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第2歩兵師団第3旅団、イラク派遣へ
出典 tacoma news tribune
URL http://www.thenewstribune.com/news/local/story/5723593p-5124102c.html
原題 No ‘rude awakening’ this time
筆者 MICHAEL GILBERT; The News Tribune
日時 2006年5月8日
他掲載媒体 不明
発信地 不明
内容

第2歩兵師団第3旅団、最初にストライカー旅団に改編された部隊が再度イラク派遣へ。

#以下全訳最後まで 
Enlarge image
JANET JENSEN/THE NEWS TRIBUNE
Staff Sgt. William Cutcher rides on the back of a Stryker on Friday at Fort Lewis. The first Stryker brigade’s next mission will put it back in Iraq.

Enlarge image
JANET JENSEN/THE NEWS TRIBUNE
Members of the 3rd Brigade, like these soldiers training Friday at Fort Lewis, soon will replace the 172nd Stryker Brigade Combat Team from Fort Wainwright, Alaska, in Mosul, Iraq.

Enlarge image
JANET JENSEN/THE NEWS TRIBUNE
Clutching a machine gun, Spc. Steven Roman sits inside a Stryker on Friday while training at Fort Lewis. Some exercises simulate the finding of roadside bombs.

All the major training is done. The vehicles will be loaded onto ships later this month at the Port of Olympia, and by the end of next month, the Army’s first Stryker brigade will be on its way back to Iraq.

Nearly half the 4,000 soldiers in the 3rd Brigade, 2nd Infantry Division were with the unit the first time it went over in November 2003.

Their experience, and that of the two Stryker brigades that succeeded them, have informed preparations different from the last time, the Fort Lewis-based soldiers say.

“Before, we went over thinking we knew what was going on over there,” said Staff Sgt. Scott Muetz, a Stryker infantryman preparing for his second trip. “Of course, it was a rude awakening.”

Before their first deployment, the soldiers prepared mainly for the big fight: traditional force-on-force confrontations like they might have encountered if they had been part of the initial invasion.

This time they’ve focused on fresh lessons from the counterinsurgency, with a heavy emphasis on understanding the Iraqi culture.

Training also has focused more on documenting evidence against insurgents who are captured, as if soldiers were police investigators.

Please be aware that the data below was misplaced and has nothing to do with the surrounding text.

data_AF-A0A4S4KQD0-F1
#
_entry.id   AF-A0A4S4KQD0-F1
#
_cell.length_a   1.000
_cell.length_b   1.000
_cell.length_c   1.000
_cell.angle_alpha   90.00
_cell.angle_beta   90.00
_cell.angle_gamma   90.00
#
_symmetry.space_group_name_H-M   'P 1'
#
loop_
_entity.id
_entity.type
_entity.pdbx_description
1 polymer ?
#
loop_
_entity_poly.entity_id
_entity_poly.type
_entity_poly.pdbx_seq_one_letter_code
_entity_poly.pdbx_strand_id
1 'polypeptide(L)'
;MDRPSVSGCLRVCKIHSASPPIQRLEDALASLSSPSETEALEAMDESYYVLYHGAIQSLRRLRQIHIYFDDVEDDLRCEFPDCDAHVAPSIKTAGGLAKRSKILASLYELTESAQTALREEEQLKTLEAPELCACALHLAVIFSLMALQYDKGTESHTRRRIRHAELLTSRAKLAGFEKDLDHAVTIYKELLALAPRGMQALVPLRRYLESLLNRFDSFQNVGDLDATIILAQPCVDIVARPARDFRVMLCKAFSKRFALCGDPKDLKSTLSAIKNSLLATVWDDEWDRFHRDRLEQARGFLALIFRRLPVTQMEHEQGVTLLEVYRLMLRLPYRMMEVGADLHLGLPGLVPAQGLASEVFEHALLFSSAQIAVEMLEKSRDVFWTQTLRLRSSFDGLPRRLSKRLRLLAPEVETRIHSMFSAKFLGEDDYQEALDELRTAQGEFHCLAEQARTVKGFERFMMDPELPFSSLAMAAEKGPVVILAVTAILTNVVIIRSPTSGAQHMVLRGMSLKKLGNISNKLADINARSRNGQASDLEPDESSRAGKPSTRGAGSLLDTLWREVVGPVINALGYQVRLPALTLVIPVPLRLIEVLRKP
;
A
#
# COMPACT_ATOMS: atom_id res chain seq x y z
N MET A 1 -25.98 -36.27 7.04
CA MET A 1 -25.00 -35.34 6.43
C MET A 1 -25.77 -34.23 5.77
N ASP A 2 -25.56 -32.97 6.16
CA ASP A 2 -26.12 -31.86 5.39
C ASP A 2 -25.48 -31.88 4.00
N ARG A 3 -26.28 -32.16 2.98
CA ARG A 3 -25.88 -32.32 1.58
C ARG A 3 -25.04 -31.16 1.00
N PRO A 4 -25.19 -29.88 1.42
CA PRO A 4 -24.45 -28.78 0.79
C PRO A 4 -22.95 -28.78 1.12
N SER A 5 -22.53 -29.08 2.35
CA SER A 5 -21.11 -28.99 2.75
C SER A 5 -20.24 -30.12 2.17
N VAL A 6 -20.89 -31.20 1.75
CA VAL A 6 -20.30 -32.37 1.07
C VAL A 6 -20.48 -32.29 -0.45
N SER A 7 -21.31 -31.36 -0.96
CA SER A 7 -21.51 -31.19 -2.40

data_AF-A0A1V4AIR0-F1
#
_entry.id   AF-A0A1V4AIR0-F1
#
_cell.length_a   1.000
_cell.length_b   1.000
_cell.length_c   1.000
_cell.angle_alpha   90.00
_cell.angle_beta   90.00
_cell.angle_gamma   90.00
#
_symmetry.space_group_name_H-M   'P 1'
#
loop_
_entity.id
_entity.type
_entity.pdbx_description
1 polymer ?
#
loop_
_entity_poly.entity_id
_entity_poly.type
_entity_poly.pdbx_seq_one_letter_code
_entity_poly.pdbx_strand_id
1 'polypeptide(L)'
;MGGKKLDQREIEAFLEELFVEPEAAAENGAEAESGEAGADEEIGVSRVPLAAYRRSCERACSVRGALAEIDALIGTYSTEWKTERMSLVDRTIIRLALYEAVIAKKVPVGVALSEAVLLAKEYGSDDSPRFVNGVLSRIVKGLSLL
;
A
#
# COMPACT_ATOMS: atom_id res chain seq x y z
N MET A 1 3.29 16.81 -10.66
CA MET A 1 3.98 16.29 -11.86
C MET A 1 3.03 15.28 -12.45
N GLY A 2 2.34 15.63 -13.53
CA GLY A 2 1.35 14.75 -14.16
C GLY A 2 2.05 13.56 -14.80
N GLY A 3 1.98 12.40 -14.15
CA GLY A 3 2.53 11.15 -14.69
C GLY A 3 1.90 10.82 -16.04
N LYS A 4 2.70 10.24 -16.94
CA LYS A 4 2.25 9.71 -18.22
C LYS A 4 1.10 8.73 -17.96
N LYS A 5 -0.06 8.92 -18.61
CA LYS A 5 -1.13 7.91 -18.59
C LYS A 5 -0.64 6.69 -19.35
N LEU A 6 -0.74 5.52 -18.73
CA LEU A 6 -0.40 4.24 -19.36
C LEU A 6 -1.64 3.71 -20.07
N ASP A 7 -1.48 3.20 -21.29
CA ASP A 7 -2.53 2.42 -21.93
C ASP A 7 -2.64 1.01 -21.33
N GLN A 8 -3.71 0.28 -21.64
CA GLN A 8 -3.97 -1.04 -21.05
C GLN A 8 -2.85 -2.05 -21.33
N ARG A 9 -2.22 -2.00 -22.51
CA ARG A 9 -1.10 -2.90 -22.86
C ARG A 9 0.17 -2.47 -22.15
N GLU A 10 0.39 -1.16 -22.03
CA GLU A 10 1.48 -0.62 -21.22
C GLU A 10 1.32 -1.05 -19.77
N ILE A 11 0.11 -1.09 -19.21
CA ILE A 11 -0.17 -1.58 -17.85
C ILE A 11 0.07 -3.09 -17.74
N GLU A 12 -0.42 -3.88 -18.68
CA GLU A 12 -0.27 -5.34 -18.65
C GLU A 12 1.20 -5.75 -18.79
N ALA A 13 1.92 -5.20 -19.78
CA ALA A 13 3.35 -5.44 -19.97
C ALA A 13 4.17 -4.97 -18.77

“This trip we’re not going in blind,” Muetz said. “All the leadership, they’re all veterans. They’ve seen what kind of folks we deal with on a regular basis, they know how to interact, how not to step on toes unintentionally, and to make sure you’re stepping on the right toes.”

Brigade to aid Iraqi security forces

Everything is subject to change, officials said, but the plan for now is that they’ll replace the 172nd Stryker Brigade Combat Team from Fort Wainwright, Alaska, which is headquartered in familiar territory: Mosul. It’s where the 3rd Brigade soldiers spent most of their first deployment.

The 172nd also has a large number of troops based in the far west, in Rawah, along the Euphrates River near the Syrian border.

Maj. Adam Rocke, the 3rd Brigade’s operations officer, said the mission and locations are likely to evolve as U.S. forces hand over day-to-day responsibilities in parts of the country to Iraqi troops.

The brigade will continue to help develop Iraqi security forces “to an adequate level so that they are the lead and we, the coalition forces, are in a supporting role,” Rocke said.

But he said it’s likely U.S. commanders will continue using Stryker troops as a rapid-reaction force.

He said each of the three Stryker brigades to work in Iraq has proved its ability to rapidly move large numbers of infantrymen over great distances. Strykers will be a force commanders will call on even if they begin to reduce the number of troops in Iraq.

“I believe one of the last units out of Iraq will be a Stryker brigade,” Rocke said.

Bonding with the new guys

Officers say one of the brigade’s greatest strengths – its continuity – also is a source of concern.